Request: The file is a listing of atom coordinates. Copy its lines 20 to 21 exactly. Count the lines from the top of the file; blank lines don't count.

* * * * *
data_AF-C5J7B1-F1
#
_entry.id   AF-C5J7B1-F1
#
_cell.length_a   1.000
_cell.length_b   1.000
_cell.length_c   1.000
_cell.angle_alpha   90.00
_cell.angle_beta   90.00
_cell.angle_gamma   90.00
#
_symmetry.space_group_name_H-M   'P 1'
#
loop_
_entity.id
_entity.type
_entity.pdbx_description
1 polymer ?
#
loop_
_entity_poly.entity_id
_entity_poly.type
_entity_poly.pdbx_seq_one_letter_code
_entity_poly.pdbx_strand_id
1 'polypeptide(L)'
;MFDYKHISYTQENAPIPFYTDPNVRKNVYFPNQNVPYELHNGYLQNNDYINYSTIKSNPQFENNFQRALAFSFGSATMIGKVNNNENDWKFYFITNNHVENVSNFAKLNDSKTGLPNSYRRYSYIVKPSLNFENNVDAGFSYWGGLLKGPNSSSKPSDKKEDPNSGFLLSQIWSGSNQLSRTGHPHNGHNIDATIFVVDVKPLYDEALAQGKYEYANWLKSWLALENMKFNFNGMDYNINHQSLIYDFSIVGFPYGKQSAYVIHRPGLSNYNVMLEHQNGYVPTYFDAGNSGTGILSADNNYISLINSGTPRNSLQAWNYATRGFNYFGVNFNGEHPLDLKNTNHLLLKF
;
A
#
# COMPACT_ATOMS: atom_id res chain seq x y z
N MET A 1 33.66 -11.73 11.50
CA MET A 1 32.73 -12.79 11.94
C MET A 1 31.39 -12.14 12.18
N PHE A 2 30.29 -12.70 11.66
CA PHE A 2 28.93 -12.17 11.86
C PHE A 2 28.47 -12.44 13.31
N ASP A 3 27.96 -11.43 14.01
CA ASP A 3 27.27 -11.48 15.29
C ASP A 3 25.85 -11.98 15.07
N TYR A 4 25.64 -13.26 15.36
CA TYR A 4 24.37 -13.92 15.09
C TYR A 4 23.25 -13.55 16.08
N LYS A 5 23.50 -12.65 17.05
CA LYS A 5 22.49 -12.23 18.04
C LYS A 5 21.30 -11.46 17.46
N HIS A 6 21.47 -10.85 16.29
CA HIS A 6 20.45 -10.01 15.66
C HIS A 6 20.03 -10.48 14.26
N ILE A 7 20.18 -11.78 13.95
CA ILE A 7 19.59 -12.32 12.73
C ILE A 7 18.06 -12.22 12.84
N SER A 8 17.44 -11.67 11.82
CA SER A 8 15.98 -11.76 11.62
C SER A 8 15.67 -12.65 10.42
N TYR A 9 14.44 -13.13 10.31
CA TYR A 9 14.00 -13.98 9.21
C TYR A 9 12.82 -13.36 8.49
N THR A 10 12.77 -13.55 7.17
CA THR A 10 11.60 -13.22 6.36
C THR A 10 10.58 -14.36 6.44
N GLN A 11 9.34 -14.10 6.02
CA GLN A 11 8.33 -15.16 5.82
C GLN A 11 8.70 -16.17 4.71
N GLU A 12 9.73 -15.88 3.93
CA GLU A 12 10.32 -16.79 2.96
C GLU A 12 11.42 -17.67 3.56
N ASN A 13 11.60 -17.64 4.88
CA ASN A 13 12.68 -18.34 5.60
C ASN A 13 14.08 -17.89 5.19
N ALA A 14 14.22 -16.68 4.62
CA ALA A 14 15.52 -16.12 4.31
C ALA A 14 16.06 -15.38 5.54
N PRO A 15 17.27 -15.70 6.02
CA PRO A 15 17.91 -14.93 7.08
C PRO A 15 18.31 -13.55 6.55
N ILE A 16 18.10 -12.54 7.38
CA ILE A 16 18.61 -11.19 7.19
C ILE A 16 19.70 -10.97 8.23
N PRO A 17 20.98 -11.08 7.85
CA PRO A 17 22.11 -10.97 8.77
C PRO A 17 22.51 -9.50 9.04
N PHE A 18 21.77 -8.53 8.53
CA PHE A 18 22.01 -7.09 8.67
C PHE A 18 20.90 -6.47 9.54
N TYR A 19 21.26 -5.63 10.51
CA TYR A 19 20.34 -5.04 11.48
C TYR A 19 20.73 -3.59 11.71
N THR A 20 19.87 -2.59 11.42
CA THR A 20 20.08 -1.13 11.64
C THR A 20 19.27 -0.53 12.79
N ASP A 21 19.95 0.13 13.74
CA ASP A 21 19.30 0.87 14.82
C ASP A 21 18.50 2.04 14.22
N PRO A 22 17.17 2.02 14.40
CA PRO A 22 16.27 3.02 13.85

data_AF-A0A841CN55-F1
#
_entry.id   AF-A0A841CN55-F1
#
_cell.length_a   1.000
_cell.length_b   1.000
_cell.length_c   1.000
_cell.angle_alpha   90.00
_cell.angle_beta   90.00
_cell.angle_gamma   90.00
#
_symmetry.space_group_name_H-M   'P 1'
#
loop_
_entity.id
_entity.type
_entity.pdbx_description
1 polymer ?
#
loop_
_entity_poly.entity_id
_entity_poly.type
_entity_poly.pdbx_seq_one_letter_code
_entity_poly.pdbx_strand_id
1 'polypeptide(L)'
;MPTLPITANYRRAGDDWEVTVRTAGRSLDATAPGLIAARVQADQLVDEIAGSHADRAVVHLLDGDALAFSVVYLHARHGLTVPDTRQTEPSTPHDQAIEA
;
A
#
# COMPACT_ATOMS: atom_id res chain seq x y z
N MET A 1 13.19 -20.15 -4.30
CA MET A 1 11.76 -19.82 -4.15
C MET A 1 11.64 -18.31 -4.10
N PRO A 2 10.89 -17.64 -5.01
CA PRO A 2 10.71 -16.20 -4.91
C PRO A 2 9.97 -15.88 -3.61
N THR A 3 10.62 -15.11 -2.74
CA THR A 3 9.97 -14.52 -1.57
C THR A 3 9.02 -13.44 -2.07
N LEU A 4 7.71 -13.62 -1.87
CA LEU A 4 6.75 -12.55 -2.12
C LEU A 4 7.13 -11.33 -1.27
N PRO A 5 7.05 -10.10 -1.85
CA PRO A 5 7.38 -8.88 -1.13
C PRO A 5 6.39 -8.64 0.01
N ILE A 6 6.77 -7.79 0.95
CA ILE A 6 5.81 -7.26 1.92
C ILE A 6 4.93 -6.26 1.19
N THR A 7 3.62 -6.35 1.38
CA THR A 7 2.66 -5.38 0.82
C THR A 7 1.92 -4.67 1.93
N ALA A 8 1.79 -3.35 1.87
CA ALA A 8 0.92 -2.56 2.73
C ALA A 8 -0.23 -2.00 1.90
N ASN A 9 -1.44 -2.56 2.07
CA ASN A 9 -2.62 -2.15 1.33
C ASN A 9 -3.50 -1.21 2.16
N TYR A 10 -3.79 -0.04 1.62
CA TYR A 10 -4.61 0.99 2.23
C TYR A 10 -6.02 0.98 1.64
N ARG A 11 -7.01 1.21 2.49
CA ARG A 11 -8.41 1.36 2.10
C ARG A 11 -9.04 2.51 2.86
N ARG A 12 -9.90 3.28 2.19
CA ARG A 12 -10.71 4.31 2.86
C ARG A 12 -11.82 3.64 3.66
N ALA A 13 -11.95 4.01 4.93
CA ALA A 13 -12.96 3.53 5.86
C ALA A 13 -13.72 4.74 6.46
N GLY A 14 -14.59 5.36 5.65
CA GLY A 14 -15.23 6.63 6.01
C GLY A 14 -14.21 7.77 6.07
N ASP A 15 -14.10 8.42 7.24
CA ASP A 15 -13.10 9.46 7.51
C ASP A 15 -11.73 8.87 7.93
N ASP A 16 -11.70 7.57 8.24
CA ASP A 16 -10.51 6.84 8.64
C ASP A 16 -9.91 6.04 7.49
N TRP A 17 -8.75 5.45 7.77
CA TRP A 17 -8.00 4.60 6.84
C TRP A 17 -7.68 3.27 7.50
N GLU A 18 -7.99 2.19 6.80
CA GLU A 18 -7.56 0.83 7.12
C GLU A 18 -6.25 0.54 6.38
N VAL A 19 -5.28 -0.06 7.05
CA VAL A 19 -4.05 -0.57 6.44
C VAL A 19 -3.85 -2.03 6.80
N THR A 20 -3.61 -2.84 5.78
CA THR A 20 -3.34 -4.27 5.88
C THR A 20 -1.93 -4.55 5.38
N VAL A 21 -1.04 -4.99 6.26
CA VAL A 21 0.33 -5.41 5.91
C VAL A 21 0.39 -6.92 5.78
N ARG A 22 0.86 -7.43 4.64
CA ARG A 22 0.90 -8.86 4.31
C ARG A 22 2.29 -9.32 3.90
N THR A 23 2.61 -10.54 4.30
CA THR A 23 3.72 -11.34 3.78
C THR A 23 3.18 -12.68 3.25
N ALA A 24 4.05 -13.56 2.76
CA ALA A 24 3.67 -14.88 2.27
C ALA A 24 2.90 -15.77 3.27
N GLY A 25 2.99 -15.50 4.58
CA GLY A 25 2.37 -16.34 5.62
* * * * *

loop_
_entity_poly.entity_id